Mitchell product Mackenzie Miller helps power DWU volleyball at the net
On the court, Miller stands out as one of the Tigers’ most improved players for a second consecutive season. The 5-foot-11 hitter has mixed her ability to play power volleyball with court smarts.
MITCHELL — Experience is paying dividends for Mackenzie Miller and the Dakota Wesleyan University volleyball team.
Miller, a senior right-side hitter and Mitchell native, and her Tigers are hoping to kick off an even longer NAIA tournament run starting on Saturday night in the Corn Palace. The Tigers (22-7) host Kansas Wesleyan in the NAIA tournament opening round at 7 p.m. Saturday.
Last season, the Tigers made the NAIAs for the first time in 31 years and reached the final site in Sioux City, Iowa, where the Tigers split two pool play matches. (DWU’s two national tournament wins were the first in program history.)
This year, the Tigers are ranked No. 6 in the country, potentially putting them in a position to play into December, with eyes on the Dec. 3 national championship match.
"It's so much fun,” Miller said earlier this season. “Last year was a dream come true and this year is just topping that. We're looking forward to the playoffs and we're just trying to keep that excitement going."
On the court, Miller stands out as one of the Tigers’ most improved players for a second consecutive season. The 5-foot-11 hitter has mixed her ability to play power volleyball with massive swings of her right arm with a knack for understanding where to be on the court.
“She’s a really consistent player,” DWU coach Lindsay Wilber said. “She's strong and she's powerful. She doesn't jump the best, but she's smart and really knows where to put the ball. She makes so many good plays for us.”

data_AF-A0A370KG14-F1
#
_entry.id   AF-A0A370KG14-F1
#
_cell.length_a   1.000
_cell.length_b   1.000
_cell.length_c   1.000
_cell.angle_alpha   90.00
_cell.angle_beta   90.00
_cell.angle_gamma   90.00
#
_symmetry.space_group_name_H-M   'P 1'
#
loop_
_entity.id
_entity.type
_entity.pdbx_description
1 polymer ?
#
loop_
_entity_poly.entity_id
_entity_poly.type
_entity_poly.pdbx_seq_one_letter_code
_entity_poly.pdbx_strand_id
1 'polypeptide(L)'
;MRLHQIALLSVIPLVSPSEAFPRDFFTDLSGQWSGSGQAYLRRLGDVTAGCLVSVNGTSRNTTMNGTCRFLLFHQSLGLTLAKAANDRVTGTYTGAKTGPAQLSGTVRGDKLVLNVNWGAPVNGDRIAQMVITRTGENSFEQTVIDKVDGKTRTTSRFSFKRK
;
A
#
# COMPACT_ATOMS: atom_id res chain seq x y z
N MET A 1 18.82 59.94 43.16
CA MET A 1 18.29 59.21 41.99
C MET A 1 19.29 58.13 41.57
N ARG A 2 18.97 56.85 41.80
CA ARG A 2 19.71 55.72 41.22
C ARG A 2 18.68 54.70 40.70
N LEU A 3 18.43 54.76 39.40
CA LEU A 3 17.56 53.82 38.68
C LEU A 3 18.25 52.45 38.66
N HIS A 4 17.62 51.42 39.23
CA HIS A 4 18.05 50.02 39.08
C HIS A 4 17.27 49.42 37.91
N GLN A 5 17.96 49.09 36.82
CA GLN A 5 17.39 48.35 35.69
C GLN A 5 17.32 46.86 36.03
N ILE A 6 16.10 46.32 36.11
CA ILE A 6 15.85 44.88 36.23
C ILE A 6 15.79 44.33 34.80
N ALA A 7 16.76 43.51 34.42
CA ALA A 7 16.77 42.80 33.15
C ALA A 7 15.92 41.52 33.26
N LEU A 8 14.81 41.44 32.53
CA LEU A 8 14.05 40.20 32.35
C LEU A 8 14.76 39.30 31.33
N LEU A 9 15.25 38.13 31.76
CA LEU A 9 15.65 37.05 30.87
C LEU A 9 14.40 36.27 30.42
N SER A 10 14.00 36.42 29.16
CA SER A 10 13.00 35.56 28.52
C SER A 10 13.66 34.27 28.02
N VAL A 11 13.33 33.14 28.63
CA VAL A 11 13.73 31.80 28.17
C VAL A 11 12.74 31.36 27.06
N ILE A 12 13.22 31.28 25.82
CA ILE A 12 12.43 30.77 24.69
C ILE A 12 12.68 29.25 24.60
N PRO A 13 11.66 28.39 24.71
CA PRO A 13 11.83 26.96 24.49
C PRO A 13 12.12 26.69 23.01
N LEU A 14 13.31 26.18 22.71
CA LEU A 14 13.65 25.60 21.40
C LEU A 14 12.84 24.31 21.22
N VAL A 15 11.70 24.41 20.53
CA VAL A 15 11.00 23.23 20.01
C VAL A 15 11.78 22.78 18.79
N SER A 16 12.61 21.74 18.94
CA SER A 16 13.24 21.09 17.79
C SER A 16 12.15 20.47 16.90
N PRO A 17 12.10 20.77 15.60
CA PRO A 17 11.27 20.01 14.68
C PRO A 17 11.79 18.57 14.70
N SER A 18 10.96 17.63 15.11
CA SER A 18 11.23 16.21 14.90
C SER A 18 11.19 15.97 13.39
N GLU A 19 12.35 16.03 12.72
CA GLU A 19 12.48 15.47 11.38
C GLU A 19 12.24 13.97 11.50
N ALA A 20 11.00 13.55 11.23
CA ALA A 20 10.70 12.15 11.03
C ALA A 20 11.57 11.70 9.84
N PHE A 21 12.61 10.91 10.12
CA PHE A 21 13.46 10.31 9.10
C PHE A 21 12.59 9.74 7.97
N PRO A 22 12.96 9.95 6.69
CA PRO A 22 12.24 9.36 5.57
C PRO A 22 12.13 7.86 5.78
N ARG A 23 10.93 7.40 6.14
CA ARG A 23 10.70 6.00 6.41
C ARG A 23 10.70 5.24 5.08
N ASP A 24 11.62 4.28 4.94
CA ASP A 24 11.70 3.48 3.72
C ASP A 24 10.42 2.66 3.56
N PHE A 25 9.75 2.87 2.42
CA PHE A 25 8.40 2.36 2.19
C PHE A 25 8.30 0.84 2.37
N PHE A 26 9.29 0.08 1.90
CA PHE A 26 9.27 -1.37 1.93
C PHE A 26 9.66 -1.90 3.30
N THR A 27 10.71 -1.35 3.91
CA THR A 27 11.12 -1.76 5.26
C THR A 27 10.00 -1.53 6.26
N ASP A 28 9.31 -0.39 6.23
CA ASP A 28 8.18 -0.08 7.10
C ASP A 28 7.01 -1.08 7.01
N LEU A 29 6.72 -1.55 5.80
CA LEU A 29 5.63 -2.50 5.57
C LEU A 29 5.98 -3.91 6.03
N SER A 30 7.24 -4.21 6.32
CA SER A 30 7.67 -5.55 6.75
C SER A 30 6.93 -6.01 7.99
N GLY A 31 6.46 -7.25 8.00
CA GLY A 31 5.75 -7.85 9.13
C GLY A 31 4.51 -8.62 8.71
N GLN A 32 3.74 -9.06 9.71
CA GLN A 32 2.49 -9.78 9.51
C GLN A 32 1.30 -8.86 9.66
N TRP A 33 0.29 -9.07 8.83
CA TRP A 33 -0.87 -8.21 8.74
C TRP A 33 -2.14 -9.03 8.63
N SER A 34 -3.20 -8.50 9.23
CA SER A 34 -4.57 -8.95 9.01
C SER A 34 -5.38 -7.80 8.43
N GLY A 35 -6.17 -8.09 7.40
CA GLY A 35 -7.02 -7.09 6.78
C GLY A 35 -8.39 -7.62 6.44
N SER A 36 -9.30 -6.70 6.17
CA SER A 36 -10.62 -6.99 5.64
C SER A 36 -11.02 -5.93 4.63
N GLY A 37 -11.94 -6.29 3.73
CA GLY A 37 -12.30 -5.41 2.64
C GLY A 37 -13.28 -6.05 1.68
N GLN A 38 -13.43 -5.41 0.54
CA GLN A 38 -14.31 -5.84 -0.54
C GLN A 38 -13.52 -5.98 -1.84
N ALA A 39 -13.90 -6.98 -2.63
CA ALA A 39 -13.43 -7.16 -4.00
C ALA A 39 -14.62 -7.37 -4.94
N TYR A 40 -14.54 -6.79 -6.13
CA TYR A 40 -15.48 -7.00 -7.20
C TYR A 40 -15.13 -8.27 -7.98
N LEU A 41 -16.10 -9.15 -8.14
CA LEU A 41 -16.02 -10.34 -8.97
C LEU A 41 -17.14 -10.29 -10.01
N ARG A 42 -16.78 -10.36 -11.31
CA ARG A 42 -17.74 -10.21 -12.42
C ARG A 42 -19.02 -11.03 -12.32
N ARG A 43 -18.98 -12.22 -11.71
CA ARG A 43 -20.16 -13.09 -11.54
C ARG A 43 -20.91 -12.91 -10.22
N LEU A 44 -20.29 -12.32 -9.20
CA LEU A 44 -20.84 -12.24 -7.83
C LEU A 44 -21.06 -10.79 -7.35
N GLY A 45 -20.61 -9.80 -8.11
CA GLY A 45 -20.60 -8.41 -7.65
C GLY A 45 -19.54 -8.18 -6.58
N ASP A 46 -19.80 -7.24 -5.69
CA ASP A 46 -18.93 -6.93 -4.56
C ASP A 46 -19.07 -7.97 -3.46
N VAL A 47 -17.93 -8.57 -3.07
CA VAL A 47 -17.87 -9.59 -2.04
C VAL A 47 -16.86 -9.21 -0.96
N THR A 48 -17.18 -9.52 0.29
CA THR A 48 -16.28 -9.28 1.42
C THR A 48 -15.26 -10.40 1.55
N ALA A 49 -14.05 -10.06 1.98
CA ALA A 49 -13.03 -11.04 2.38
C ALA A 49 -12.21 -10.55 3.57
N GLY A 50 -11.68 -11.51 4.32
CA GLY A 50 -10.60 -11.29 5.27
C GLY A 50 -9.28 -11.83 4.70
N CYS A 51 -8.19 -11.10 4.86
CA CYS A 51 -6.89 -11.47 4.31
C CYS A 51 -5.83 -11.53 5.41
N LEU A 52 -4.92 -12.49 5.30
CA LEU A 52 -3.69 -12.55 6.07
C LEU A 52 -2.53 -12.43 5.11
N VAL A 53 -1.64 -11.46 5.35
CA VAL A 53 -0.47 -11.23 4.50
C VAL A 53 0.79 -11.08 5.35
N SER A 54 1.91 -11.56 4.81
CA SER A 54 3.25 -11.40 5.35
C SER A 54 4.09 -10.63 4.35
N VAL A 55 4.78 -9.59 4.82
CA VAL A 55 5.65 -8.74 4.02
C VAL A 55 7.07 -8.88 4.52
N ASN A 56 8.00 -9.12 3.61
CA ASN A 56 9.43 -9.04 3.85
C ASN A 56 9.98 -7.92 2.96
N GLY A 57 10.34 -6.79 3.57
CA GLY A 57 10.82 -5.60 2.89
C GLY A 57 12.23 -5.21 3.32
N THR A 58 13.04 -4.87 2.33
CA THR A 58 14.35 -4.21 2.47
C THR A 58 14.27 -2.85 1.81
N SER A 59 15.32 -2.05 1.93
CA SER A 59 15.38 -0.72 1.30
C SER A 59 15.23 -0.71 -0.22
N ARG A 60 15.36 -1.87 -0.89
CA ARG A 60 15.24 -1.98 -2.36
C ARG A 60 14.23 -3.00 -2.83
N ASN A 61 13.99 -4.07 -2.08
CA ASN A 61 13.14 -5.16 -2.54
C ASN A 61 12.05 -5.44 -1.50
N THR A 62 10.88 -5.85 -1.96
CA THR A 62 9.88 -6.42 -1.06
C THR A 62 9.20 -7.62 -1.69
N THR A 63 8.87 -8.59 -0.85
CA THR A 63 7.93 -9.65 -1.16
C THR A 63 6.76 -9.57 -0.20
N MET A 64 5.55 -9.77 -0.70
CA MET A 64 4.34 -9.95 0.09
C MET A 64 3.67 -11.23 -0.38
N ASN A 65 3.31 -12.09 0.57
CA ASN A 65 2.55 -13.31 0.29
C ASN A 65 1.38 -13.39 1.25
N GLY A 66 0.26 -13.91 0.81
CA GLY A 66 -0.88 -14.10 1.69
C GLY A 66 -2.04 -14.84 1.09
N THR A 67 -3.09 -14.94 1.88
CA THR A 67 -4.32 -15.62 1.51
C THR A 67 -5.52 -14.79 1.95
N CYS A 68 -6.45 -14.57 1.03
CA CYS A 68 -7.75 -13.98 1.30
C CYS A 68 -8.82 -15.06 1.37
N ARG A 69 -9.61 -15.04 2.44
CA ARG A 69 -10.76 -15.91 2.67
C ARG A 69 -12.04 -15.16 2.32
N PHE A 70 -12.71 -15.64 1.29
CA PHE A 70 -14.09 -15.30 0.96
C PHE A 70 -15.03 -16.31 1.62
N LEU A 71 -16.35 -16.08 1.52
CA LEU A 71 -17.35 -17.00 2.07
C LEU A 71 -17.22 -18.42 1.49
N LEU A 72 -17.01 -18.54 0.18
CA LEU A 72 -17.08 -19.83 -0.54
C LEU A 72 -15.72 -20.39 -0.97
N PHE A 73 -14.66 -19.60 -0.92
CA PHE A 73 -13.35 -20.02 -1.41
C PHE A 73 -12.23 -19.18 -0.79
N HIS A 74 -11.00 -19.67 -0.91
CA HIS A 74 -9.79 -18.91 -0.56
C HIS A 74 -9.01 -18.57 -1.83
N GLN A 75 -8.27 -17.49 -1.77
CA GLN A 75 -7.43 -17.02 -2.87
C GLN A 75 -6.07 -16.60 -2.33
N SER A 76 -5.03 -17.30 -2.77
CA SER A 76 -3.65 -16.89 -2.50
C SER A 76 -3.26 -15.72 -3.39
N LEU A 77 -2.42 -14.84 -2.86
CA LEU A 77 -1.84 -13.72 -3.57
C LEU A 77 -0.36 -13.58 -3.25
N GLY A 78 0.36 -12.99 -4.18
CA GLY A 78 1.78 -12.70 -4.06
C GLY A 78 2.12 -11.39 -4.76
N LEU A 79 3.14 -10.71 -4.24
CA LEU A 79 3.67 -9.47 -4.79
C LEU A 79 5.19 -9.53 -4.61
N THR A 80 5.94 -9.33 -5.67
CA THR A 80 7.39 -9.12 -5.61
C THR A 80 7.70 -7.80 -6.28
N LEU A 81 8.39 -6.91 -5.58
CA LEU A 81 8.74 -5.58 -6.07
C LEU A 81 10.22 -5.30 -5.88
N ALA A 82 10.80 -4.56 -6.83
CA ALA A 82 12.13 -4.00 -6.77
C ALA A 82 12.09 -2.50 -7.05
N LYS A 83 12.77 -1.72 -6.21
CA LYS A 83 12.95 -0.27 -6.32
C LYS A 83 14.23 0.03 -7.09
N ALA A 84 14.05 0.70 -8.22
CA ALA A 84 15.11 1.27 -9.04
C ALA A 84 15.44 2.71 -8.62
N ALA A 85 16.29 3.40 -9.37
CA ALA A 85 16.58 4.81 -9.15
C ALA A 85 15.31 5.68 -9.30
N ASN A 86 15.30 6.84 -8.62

Miller has proven to be a worthy running mate to junior standout Ady Dwight, who is among the nation’s leaders in kills (512). In 29 matches, Miller has 287 kills (ranking second on the team) and a .230 hitting percentage, plus 65 total blocks and 57 digs. Since the start of October, she has hit .200 or better in nine of DWU’s last 13 matches and she had a career-best 21 kills in DWU’s five-set win at then-No. 6 Northwestern in the Great Plains Athletic Conference tournament on Nov. 5.
“When you have a middle like Ady, they're going to sway that way and that opens things up,” Wilber said. “You can mess that up if you don't know how to play it but she really knows how to handle those openings.”
The depth of hitters is one of the strengths of both teams in Saturday's national tournament match, with KWU posting four hitters with at least 250 kills this season and both the Coyotes and Tigers ranking in the top-20 nationally in kills per set and the top-40 nationally in hitting percentage.
DWU’s Mariah Gloe has 248 kills to her name this year, with sophomore Abby Brunsing picking up 175 kills and 119 kills coming from freshman Emily Dale.
"I'm seeing the court better,” Miller said. “I've been able to see the defense really well and I know where to put the ball. I think we've got a lot of those players on our team, who are really just smart hitters.”
Getting to the NAIA tournament is no longer a new experience for the Tigers, something that Miller and her DWU teammates expect to draw on knowing what to expect about postseason volleyball for Saturday and beyond.
“The experience I've had over the last three years has really helped me develop my skills and made me a better player,” Miller said. “We're playing big matches now but that's what we expect. And we expect to win those matches, too.”